Republicans make bid to block Iran deal implementation, citing assassination attempts
The proposed legislation would block the Biden administration from rolling back any sanctions targeting Tehran as part of nuclear talks
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Congressional Republicans are making a renewed attempt to subvert Iran nuclear negotiations and prevent the implementation of a potential nuclear deal with a new bill that would prevent the Biden administration from withdrawing any sanctions on Iran in light of recent attempts to kill U.S. citizens.
The Preventing Underhanded and Nefarious Iranian Supported Homicides (PUNISH) Act, if passed, would prevent the withdrawal of U.S. sanctions on Iran until the secretary of state certifies to Congress that Iran had not supported any attempts to kill U.S. citizens or Iranians living in the U.S. for at least five years. Iran has recently targeted multiple former Trump administration officials, dissident journalist Masih Alinejad and author Salman Rushdie for assassination, in addition to proxy attacks targeting U.S. military sites in the Middle East. The bill would effectively prevent the implementation of a nuclear deal for the foreseeable future.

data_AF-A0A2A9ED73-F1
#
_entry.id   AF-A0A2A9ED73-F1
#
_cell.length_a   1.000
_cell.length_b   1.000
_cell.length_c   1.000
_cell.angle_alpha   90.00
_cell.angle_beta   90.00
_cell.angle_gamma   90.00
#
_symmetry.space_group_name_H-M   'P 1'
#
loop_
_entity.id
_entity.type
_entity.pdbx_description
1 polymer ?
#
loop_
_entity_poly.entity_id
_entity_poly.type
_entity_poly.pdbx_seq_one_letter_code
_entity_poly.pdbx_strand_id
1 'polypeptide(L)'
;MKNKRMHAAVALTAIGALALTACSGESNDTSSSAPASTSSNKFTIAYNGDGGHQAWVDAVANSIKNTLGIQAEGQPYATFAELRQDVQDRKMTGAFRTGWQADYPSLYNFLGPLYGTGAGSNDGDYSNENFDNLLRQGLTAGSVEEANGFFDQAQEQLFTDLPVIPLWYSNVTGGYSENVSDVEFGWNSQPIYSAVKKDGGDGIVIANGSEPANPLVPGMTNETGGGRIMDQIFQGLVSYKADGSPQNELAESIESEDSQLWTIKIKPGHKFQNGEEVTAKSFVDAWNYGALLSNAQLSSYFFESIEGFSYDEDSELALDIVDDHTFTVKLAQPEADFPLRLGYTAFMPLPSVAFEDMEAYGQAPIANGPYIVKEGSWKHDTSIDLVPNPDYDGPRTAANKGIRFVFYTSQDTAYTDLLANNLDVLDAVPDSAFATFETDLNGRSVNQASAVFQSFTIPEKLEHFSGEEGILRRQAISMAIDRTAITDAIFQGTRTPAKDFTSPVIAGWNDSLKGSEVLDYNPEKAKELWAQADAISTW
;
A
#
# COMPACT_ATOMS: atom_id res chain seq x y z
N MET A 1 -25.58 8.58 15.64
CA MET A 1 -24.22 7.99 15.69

“The Biden administration’s foolish and fanciful pursuit of peace through appeasement must be stopped,” Sen. Joni Ernst (R-IA), the bill’s lead sponsor in the Senate, told reporters on Wednesday.
The legislation would codify the Trump administration’s maximum pressure sanctions on Iran, as well as codify the Islamic Revolutionary Guard Corps’ Foreign Terrorist Organization designation. It specifically blocks the president from waiving any of the sanctions. The conditions regarding the targeting of U.S. citizens would apply to citizens both within and outside the U.S.
“I personally do not believe we should engage any regime in any type of negotiation that has that type of behavior ongoing,” Rep. Mike Waltz (R-FL), the legislation’s lead House sponsor, added. “We have to stop this deal before it makes the situation worse.”
The bill has only Republican sponsors — 25 in the Senate and around 20 in the House, but Ernst and Waltz told reporters that there has been bipartisan interest in the legislation. Ernst said that there are “a number of Democrats that are extremely concerned” about the talks, and that she’s hopeful some might sign on. Waltz said he’s in “active discussions” with several Democrats, particularly those who have publicly voiced concerns about the talks.
The legislation has the support of the Foundation for Defense of Democracies, Christians United for Israel and the Republican Jewish Coalition, among other groups.